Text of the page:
(Johnny Rogan, Van Morrison, A Portrait of the Artist, 1984)

Even the kindest critic would call it a heap of slush.
(Records and Recording)

So would I. Awful strings, hackneyed bass line, daft lyrics.

It has to be classed with the odder Van tracks like Mechanical Bliss.

Autumn Song (Van Morrison)

Long by the standards of the day. By 1999 Van was regularly stretching one number at least per show to 17 or 18 minutes, but in 1973 although the 3 minute single had long been superseded by the 4 to 5 minute abum track, Autumn Song was still lengthy.

Jazzy and relaxed, but ultimately undistinguished in spite of the efforts at  snare and brushes and cocktail lounge guitar flourishes.

The cozy Autumn Song with its falling leaves, coal on the fire and roasting chestnuts, is either a pastiche of the whole genre of seasonal listening, in which case it lacks bite, or else it’s an addition to the genre, in which case it’s a minor example.’
(John Collis, Van Morrison: Inarticulate Speech of The Heart )

Purple Heather (Van Morrison)

This traditional song is usually known as either Wild Mountain Thyme or Will Ye Go, Lassie, Go, and had been done by everyone from Scottish folkie Alex Campbell to The Clancy Brothers, The Byrds and Joan Baez. Dylan performed it solo at the Isle of Wight Festival in 1969 (which was bootlegged as Minstrel Boy). Van gives it a third title for no apparent reason.

Van’s version is beautifully orchestrated and arranged, with a pealing piano played out against a waterfall of strings. Morrison loses himself in the age-old melody, seeming to drown before your ears in an ocean of strings and the haunting resonance of the timeless tune. (It) was a song Van would have been familiar with growing up in Belfast and covering it was an affirmation of his Irish roots.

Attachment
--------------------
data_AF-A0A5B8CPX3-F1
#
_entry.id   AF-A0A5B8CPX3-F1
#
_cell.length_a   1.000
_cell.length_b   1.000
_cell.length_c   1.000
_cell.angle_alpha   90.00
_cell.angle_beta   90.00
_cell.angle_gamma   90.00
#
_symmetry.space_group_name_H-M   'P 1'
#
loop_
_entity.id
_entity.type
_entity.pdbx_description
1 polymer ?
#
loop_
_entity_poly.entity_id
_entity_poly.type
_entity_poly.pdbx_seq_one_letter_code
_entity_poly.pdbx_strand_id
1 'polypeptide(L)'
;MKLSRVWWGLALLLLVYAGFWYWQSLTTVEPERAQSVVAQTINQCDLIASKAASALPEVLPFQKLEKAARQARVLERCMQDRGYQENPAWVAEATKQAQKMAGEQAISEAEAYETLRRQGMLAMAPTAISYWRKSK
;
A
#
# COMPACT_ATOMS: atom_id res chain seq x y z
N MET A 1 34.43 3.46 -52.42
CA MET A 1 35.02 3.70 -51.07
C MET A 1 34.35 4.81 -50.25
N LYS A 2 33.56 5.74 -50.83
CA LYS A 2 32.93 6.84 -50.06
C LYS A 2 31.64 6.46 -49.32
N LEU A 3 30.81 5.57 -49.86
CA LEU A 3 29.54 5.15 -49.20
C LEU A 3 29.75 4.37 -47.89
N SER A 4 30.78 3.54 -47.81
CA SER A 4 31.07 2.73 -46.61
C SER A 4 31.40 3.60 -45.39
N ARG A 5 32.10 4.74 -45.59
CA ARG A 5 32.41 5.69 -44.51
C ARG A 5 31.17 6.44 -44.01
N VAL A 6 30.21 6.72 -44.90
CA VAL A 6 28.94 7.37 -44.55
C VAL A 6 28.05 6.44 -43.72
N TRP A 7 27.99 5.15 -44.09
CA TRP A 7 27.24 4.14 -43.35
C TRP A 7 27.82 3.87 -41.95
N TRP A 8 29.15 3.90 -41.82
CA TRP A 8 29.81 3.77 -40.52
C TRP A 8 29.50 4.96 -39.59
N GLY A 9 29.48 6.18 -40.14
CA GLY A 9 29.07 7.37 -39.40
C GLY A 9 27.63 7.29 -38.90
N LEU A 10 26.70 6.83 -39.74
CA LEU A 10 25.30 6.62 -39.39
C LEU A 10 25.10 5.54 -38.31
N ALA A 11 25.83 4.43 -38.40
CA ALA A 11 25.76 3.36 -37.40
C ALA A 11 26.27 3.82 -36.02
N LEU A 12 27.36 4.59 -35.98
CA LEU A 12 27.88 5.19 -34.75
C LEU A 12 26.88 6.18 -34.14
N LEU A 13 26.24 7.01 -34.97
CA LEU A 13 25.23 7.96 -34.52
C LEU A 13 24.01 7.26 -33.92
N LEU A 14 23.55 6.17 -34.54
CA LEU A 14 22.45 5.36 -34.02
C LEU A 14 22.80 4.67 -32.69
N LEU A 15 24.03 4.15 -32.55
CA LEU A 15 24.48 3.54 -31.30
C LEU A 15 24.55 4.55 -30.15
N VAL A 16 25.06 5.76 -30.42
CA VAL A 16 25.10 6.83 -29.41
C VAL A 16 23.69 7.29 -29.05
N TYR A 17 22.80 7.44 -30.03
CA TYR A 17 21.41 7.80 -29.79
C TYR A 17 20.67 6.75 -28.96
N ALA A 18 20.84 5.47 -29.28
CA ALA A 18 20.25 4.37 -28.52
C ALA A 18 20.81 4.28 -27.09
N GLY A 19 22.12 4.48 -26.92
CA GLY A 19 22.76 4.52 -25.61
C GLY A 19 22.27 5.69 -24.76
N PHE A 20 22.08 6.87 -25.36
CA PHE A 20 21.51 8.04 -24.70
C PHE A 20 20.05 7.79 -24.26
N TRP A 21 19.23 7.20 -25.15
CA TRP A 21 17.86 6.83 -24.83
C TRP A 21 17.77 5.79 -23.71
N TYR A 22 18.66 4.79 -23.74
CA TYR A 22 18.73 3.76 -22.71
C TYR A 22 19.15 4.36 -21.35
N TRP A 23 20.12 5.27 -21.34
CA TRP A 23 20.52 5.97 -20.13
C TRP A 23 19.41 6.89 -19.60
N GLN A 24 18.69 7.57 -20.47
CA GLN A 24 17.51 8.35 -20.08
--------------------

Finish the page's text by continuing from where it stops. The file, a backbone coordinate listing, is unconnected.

(Patrick Humphries, The Complete Guide to the Music of Van Morrison, 1997)

I’ve always thought of it as Scottish, rather than Irish (Will ye go, lassie, go ), in spite of The Clancy Brothers version, which I once had. The original song was known as The Braes of Balqhuidder and it moved to Ireland where it was adapted by the McPeake Family then moved back to Scotland. Northern Ireland had a strong Scottish influence, and Caledonia, the name chosen for the new studio, refers to ancient Scotland. In the 17th century the British had encouraged Protestant Scottish settlers into Ulster as support against the Catholics, a decision that was at the root of the Troubles. It’s best described as Scots-Irish, so is a good song for Belfast connotations.

… he stretches out toward that mythical Caledonia, even believing, sometimes, that in a long and intricate manner, the blues came from Scotland, not Africa.
(Greil Marcus, Van Morrison in The Rolling Stone Illustrated History of Rock & Roll )